I Go on a Road Trip to Sacramento

MARCH 8, 2011


Last week I started work on CalWatchDog.com as the new managing editor, a promotion from reporter and analyst. I’ll still be doing a lot of reporting and analyzing, as well as new editing and other tasks.

I’ll be working here full-time. And what a great time it is to be writing about California! It’s a state I love and have reported on since 1987, when I came out here to write editorials for The Orange County Register. That’s where I met our editor-in-chief, Steven Greenhut, when he came to the Register as an editorial writer in 1998, where a quickly became a columnist and later deputy editorial page editor.

Both of us long have warned that the state and local governments — and the federal government, for that matter — were driving us off a fiscal cliff. You just can’t expect a happy ending when you keep increasing government-workers’ pay and benefits, while spiking their pensions, as you bloat government budgets and impose the highest tax burden in the nation.

“There is nothing free except the grace of God,” says Mattie Ross, the 14-year-old girl character in the remake of “True Grit” by my favorite contemporary directors, the Coen Bros.

A similar saying, secular version, is the libertarian, “There ain’t no such thing as a free lunch” — often abbreviated TANSTAAFL. It was popularized by the free-market economist Milton Friedman, a Nobel laureate; and by Robert Heinlein’s science-fiction novel, “The Moon is a Harsh Mistress,” which would make a great Coen Bros. flick.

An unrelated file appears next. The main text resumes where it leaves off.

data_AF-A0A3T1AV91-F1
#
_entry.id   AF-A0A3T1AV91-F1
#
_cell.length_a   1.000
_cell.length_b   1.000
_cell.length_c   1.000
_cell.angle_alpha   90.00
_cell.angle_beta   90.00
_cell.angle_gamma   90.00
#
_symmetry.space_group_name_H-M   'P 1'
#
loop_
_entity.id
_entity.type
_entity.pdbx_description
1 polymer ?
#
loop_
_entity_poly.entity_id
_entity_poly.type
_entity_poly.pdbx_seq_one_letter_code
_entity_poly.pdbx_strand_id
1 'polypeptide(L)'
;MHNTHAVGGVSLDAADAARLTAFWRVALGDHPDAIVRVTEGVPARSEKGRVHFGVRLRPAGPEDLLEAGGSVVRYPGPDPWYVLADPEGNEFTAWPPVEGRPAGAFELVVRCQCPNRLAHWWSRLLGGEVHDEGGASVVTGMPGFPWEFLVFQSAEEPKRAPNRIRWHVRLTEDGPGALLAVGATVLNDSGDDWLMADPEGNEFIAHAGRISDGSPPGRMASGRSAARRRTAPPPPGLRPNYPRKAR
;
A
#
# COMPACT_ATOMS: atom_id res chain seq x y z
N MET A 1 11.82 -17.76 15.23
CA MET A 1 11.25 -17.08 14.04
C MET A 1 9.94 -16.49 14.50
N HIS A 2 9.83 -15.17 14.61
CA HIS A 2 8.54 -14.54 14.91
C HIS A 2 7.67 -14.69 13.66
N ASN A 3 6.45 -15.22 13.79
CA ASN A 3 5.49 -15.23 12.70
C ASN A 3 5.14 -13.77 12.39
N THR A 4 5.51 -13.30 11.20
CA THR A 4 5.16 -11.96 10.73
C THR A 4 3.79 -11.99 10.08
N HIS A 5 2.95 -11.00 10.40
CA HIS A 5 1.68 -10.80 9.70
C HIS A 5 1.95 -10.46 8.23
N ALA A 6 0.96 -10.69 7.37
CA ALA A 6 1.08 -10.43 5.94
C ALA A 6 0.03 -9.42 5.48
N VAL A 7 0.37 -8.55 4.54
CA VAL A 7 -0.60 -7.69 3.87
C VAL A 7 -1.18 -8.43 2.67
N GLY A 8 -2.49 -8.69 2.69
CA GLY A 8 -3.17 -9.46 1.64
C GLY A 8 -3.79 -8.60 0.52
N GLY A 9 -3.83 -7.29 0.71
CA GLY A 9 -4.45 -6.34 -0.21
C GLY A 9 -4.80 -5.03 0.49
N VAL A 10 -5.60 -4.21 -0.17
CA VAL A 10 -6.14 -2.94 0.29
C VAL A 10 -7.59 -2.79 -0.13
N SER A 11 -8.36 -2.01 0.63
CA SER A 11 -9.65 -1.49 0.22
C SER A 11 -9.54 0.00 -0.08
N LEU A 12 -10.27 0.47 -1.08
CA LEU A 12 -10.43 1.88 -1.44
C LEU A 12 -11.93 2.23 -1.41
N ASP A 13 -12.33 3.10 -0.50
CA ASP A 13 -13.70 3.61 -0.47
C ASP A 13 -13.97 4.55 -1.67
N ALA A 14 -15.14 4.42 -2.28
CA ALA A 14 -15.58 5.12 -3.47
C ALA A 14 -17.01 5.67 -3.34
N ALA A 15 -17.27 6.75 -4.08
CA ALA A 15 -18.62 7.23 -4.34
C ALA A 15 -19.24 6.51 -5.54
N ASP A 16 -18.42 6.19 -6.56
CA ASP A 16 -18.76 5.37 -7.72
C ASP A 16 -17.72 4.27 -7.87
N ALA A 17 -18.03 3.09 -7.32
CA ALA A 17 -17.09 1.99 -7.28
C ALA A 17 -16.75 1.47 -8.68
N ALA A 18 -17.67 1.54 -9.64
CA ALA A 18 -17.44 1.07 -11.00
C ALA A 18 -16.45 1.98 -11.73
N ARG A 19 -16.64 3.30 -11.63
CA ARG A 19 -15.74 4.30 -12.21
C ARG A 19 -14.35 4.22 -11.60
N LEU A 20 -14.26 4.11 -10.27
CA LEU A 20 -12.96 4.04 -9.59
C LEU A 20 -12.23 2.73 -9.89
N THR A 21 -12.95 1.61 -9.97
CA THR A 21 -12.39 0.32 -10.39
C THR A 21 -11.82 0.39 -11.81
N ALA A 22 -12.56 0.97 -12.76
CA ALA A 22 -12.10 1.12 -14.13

Let’s throw in some more quotations: What goes around, comes around. It’s Karma. You can’t fool mother nature.

Or the Stranger in the Coen Bros.’ “The Big Lebowski”: “Sometimes you eat the bar; and sometimes, why, the bar, he eats you.” (“Bar” is a cowboy Sam Elliott’s pronunciation of “bear.”)

However you look at it, there are limits in life. And modern governments passed those limits long ago. Now, inevitably, there is a time of belt-tightening, of down-sizing.

Sacramento Road Trip

I live in Orange County and will be reporting on events down here in Southern California, as well as using my contacts in Sacramento and flying up there every month or so. Last Friday, the Pacific Research Institute, our parent foundation, flew me up to Sacramento. There I met with Steven and our Sacramento reporter, Katy Grimes, to plan CalWatchDog.com’s future.

I also met with PRI’s CFO and Vice President Karen H. Chreston, Director of Research Jason Clemens and Editorial Director Lloyd Billingsly. Along with PRI’s President and CEO, Sally Pipes, they’re some of the folks who make PRI the top think tank on California.

For lunch, Steven, Katy, Jason and I walked down to a restaurant on K Street, the “main drag” of Sacramento. K Street is a microcosm of what’s wrong with government in California. Although there are a few nice stores and restaurants, about a third of storefronts are empty, beggars stagger around in large numbers and muggings are frequent.

My hosts told me that K Street has been the recipient of copious redevelopment money, courtesy of the state Legislature whose activities are the city’s main “business” — and paid for, of course, by the taxpayers.